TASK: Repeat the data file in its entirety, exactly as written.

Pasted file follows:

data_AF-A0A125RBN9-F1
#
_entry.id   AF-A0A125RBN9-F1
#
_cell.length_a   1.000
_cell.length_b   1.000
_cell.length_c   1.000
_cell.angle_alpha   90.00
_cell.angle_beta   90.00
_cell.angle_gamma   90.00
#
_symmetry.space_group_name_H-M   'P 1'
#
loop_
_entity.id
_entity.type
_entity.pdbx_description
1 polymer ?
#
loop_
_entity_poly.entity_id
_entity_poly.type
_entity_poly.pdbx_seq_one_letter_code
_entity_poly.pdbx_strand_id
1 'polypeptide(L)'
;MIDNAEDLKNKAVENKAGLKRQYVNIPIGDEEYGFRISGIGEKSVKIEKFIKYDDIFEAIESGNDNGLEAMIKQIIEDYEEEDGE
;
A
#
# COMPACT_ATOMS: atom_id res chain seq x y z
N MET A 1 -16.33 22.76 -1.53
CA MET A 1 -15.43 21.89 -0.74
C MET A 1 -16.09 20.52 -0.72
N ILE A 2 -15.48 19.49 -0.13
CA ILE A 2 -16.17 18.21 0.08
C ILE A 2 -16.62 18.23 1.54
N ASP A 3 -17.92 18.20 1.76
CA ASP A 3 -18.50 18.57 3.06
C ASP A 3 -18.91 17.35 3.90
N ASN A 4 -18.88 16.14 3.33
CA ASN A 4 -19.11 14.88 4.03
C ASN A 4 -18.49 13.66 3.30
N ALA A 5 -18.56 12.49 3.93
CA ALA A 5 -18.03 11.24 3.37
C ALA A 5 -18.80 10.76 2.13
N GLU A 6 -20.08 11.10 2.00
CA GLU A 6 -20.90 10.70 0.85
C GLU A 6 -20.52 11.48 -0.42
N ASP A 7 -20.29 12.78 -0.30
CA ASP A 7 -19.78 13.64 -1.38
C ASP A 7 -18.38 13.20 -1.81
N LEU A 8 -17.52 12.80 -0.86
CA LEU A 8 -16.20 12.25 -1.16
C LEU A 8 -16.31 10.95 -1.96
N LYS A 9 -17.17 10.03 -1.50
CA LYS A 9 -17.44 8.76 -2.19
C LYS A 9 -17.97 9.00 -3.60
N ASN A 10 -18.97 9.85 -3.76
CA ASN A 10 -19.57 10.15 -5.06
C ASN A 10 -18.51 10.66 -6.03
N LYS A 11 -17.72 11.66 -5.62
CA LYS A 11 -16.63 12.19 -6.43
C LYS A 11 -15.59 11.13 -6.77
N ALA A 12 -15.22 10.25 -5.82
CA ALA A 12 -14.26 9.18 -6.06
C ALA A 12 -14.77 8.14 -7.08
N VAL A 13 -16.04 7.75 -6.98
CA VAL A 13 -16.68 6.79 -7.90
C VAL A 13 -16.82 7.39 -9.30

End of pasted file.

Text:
data_AF-A0A125RBN9-F1
#
_entry.id   AF-A0A125RBN9-F1
#
_cell.length_a   1.000
_cell.length_b   1.000
_cell.length_c   1.000
_cell.angle_alpha   90.00
_cell.angle_beta   90.00
_cell.angle_gamma   90.00
#
_symmetry.space_group_name_H-M   'P 1'
#
loop_
_entity.id
_entity.type
_entity.pdbx_description
1 polymer ?
#
loop_
_entity_poly.entity_id
_entity_poly.type
_entity_poly.pdbx_seq_one_letter_code
_entity_poly.pdbx_strand_id
1 'polypeptide(L)'
;MIDNAEDLKNKAVENKAGLKRQYVNIPIGDEEYGFRISGIGEKSVKIEKFIKYDDIFEAIESGNDNGLEAMIKQIIEDYEEEDGE
;
A
#
# COMPACT_ATOMS: atom_id res chain seq x y z
N MET A 1 -16.33 22.76 -1.53
CA MET A 1 -15.43 21.89 -0.74
C MET A 1 -16.09 20.52 -0.72
N ILE A 2 -15.48 19.49 -0.13
CA ILE A 2 -16.17 18.21 0.08
C ILE A 2 -16.62 18.23 1.54
N ASP A 3 -17.92 18.20 1.76
CA ASP A 3 -18.50 18.57 3.06
C ASP A 3 -18.91 17.35 3.90
N ASN A 4 -18.88 16.14 3.33
CA ASN A 4 -19.11 14.88 4.03
C ASN A 4 -18.49 13.66 3.30
N ALA A 5 -18.56 12.49 3.93
CA ALA A 5 -18.03 11.24 3.37
C ALA A 5 -18.80 10.76 2.13
N GLU A 6 -20.08 11.10 2.00
CA GLU A 6 -20.90 10.70 0.85
C GLU A 6 -20.52 11.48 -0.42
N ASP A 7 -20.29 12.78 -0.30
CA ASP A 7 -19.78 13.64 -1.38
C ASP A 7 -18.38 13.20 -1.81
N LEU A 8 -17.52 12.80 -0.86
CA LEU A 8 -16.20 12.25 -1.16
C LEU A 8 -16.31 10.95 -1.96
N LYS A 9 -17.17 10.03 -1.50
CA LYS A 9 -17.44 8.76 -2.19
C LYS A 9 -17.97 9.00 -3.60
N ASN A 10 -18.97 9.85 -3.76
CA ASN A 10 -19.57 10.15 -5.06
C ASN A 10 -18.51 10.66 -6.03
N LYS A 11 -17.72 11.66 -5.62
CA LYS A 11 -16.63 12.19 -6.43
C LYS A 11 -15.59 11.13 -6.77
N ALA A 12 -15.22 10.25 -5.82
CA ALA A 12 -14.26 9.18 -6.06
C ALA A 12 -14.77 8.14 -7.08
N VAL A 13 -16.04 7.75 -6.98
CA VAL A 13 -16.68 6.79 -7.90
C VAL A 13 -16.82 7.39 -9.30